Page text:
Theater Review: THE LEHMAN TRILOGY (Huntington Theatre, Boston MA)

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by Lynne Weiss on June 29, 2023

in Theater-Boston,Theater-Regional


Steven Skybell (Henry Lehman), Joshua David Robinson (Emanuel Lehman), and Firdous Bamji (Mayer Lehman) absolutely stunned in the the first American-made production of The Lehman Trilogy, which opened at The Huntington last week. They slipped in and out of multiple roles, including babies, toddlers, men of diverse ethnic and regional backgrounds, and numerous women, with nary a change of costume or makeup but purely through accents, rhythm of speech, and gestures. This is what we call “acting,” and under Carey Perloff’s stunning direction, Stefano Massini’s phenomenal play (English adaptation by Ben Power) brought us beautifully executed examples of that art. (Perloff is the former artistic director of SF’s A.C.T.)

Steven Skybell, Firdous Bamji
Firdous Bamji, Joshua David Robinson

Just as the Lehman Brothers famously created something (money) from nothing (an idea about how to do business, rather than actual products), the simple set of packing crates, lights, and projections (Sara Brown, sets; Robert Wierzel, lights; Jeanette Oi-Suk Yew, projections) carries us from a ship that sways convincingly, to a fire that destroys much of Montgomery, Alabama, through several weddings, a Nebraska kitchen, and a Chicago factory to nightmarish visions of oncoming trains and Wall Street. We have to believe it to make it work, and we do, just as people believed in the stock market (until they didn’t, in 1929) and then again in so many other financial fantasies (until they didn’t, in 2008).

Joshua David Robinson, Firdous Bamji, Steven Skybell
Joshua David Robinson, Firdous Bamji, Steven Skybell, Joe LaRocca

The many “trilogies” in The Lehman Trilogy add up to an amazing night of theater. We start with the three brothers: Henry (originally Heyum), Emanuel, and Mayer, who arrive in Montgomery, Alabama, fresh off the boat from Bavaria. Then we will have the three generations of Lehmans: the previously named brothers, their offspring Philip and Herbert (who leaves the business to become New York State governor and then a U.S. Senator), and finally Robert “Bobbie” Lehman, the last of the Lehmans to be involved in the business bearing the family name, all presented in three acts over a period of more than three hours. Finally, we have Joe LaRocca, evocatively marking changes in tone and mood with three instruments — clarinet, flute, and saxophone — played from different positions on the stage.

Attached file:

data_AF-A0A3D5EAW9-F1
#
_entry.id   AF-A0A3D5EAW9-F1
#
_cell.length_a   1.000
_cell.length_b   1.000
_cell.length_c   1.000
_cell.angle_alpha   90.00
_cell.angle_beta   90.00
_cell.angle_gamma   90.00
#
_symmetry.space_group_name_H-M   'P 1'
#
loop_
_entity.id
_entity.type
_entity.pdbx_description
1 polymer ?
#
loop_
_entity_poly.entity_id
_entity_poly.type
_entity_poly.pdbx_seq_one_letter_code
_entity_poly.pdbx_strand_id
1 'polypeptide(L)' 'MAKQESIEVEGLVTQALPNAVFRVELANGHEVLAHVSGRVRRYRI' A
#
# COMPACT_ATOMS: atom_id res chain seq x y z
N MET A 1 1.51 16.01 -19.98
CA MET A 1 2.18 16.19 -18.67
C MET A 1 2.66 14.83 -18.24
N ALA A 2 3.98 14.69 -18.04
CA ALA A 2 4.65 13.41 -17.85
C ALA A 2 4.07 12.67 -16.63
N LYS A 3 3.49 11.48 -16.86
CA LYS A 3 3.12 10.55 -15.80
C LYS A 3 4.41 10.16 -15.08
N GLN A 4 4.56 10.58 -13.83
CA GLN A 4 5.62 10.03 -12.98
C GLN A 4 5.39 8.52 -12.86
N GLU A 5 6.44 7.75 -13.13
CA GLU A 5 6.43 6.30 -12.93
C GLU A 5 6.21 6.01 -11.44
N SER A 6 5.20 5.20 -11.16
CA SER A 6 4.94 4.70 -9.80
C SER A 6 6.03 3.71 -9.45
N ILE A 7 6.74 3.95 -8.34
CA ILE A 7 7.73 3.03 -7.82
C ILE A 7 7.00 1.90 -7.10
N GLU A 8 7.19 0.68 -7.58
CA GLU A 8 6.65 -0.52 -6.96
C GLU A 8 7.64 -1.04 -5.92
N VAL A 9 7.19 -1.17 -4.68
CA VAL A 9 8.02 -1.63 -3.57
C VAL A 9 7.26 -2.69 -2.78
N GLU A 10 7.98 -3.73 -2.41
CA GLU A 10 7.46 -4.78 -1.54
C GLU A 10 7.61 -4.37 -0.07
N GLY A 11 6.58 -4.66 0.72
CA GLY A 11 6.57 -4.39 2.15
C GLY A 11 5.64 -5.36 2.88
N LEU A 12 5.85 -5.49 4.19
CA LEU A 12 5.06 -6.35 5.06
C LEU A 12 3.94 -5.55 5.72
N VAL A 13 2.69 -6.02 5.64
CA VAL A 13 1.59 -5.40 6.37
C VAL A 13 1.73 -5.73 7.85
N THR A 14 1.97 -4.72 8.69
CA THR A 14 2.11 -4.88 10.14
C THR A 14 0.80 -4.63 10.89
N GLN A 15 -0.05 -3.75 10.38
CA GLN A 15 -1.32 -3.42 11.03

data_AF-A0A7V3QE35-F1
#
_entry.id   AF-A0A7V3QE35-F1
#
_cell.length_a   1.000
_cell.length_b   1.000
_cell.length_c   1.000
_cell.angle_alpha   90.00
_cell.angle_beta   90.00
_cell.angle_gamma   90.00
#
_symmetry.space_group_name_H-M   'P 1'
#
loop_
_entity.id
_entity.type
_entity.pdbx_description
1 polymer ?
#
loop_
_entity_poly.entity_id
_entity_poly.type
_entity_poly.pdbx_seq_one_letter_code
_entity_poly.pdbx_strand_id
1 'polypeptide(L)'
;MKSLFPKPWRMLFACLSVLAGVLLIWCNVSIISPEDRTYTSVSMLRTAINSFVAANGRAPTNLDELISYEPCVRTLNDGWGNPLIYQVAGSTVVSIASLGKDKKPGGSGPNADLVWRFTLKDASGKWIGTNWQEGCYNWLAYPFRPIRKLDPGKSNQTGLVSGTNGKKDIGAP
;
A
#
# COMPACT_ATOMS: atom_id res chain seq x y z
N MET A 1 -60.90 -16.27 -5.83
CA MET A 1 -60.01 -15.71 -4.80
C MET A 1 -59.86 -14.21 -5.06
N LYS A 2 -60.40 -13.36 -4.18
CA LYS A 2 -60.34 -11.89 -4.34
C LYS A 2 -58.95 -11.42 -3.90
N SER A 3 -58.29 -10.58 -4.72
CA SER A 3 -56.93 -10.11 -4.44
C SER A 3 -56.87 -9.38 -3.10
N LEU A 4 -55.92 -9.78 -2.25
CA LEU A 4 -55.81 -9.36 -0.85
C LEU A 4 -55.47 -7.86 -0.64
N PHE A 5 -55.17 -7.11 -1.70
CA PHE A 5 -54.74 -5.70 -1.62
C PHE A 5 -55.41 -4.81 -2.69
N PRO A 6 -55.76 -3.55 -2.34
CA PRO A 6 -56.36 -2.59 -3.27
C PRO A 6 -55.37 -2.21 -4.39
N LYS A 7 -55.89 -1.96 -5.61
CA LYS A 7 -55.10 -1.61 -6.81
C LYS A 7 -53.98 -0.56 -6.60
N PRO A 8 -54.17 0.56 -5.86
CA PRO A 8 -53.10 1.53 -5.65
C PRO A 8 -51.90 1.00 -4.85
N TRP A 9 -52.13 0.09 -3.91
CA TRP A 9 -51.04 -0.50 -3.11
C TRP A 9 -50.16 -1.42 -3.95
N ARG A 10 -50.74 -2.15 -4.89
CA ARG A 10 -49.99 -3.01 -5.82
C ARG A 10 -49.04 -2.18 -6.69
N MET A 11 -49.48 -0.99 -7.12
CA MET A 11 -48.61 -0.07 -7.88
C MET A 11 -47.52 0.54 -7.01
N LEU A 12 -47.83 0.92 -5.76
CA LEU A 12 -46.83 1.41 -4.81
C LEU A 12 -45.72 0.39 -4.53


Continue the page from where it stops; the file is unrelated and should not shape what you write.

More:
Firdous Bamji, Steven Skybell, Joshua David Robinson
Firdous Bamji, Joshua David Robinson

But this little mathematical summary does not convey the sheer range and complexity of what you will see, which is a truly epic portrayal of the history of not only one family that built a financial empire, but a slice of U.S. history from 1844–2008 as viewed through the very specific lens of capitalism. The play does not portray the extent to which the institution of slavery allowed the Lehmans to build their first fortune as traders in cotton and later tobacco and coffee (they also owned a number of enslaved people). Still, the issue is fleetingly addressed when one of the characters comments on the Lehman’s Alabama business that “everything built here was built on a crime.” Likewise, some may see the play as fueling anti-Semitism by emphasizing the avariciousness of these Jewish brothers and their descendants, yet the script also charts the loss of religious observance and values within the generations of Lehmans as their wealth increases. The complexity of these issues and the growth of America itself winds its way through the evening, leaving you devastated and uplifted at the same time. It’s a not-to-be-missed marvel.

photos by T. Charles Erikson

The Lehman Trilogy
Huntington Theatre Company
The Huntington Theatre, 264 Huntington Avenue in Boston
ends on July 16, 2023 EXTENDED to July 23, 2023
for tickets, call 617-266-0800 or visit Huntington

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